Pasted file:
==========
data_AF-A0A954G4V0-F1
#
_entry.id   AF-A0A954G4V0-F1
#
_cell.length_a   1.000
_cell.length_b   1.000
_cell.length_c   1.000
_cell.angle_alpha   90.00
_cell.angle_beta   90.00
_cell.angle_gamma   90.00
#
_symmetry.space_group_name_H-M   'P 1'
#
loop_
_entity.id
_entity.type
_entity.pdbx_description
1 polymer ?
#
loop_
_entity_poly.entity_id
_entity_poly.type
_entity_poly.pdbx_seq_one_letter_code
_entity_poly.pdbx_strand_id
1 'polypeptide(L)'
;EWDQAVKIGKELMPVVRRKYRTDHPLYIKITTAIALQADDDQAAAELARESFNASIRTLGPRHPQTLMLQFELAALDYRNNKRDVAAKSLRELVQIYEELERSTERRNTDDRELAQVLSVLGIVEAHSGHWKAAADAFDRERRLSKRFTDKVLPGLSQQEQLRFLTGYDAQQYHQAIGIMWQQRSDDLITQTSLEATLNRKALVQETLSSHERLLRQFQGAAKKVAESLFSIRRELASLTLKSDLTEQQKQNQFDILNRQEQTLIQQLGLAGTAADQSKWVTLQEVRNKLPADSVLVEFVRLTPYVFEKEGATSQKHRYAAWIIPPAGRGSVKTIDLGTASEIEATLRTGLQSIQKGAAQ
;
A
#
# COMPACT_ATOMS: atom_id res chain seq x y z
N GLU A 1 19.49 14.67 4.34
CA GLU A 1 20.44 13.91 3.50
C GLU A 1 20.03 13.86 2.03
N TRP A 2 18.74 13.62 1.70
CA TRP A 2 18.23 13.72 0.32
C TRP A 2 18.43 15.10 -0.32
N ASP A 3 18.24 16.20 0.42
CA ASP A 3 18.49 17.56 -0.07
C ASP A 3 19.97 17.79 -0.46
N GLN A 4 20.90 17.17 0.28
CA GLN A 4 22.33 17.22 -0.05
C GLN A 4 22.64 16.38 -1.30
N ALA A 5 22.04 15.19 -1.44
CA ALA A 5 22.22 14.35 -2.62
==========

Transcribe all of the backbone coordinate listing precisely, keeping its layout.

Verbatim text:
data_AF-A0A954G4V0-F1
#
_entry.id   AF-A0A954G4V0-F1
#
_cell.length_a   1.000
_cell.length_b   1.000
_cell.length_c   1.000
_cell.angle_alpha   90.00
_cell.angle_beta   90.00
_cell.angle_gamma   90.00
#
_symmetry.space_group_name_H-M   'P 1'
#
loop_
_entity.id
_entity.type
_entity.pdbx_description
1 polymer ?
#
loop_
_entity_poly.entity_id
_entity_poly.type
_entity_poly.pdbx_seq_one_letter_code
_entity_poly.pdbx_strand_id
1 'polypeptide(L)'
;EWDQAVKIGKELMPVVRRKYRTDHPLYIKITTAIALQADDDQAAAELARESFNASIRTLGPRHPQTLMLQFELAALDYRNNKRDVAAKSLRELVQIYEELERSTERRNTDDRELAQVLSVLGIVEAHSGHWKAAADAFDRERRLSKRFTDKVLPGLSQQEQLRFLTGYDAQQYHQAIGIMWQQRSDDLITQTSLEATLNRKALVQETLSSHERLLRQFQGAAKKVAESLFSIRRELASLTLKSDLTEQQKQNQFDILNRQEQTLIQQLGLAGTAADQSKWVTLQEVRNKLPADSVLVEFVRLTPYVFEKEGATSQKHRYAAWIIPPAGRGSVKTIDLGTASEIEATLRTGLQSIQKGAAQ
;
A
#
# COMPACT_ATOMS: atom_id res chain seq x y z
N GLU A 1 19.49 14.67 4.34
CA GLU A 1 20.44 13.91 3.50
C GLU A 1 20.03 13.86 2.03
N TRP A 2 18.74 13.62 1.70
CA TRP A 2 18.23 13.72 0.32
C TRP A 2 18.43 15.10 -0.32
N ASP A 3 18.24 16.20 0.42
CA ASP A 3 18.49 17.56 -0.07
C ASP A 3 19.97 17.79 -0.46
N GLN A 4 20.90 17.17 0.28
CA GLN A 4 22.33 17.22 -0.05
C GLN A 4 22.64 16.38 -1.30
N ALA A 5 22.04 15.19 -1.44
CA ALA A 5 22.22 14.35 -2.62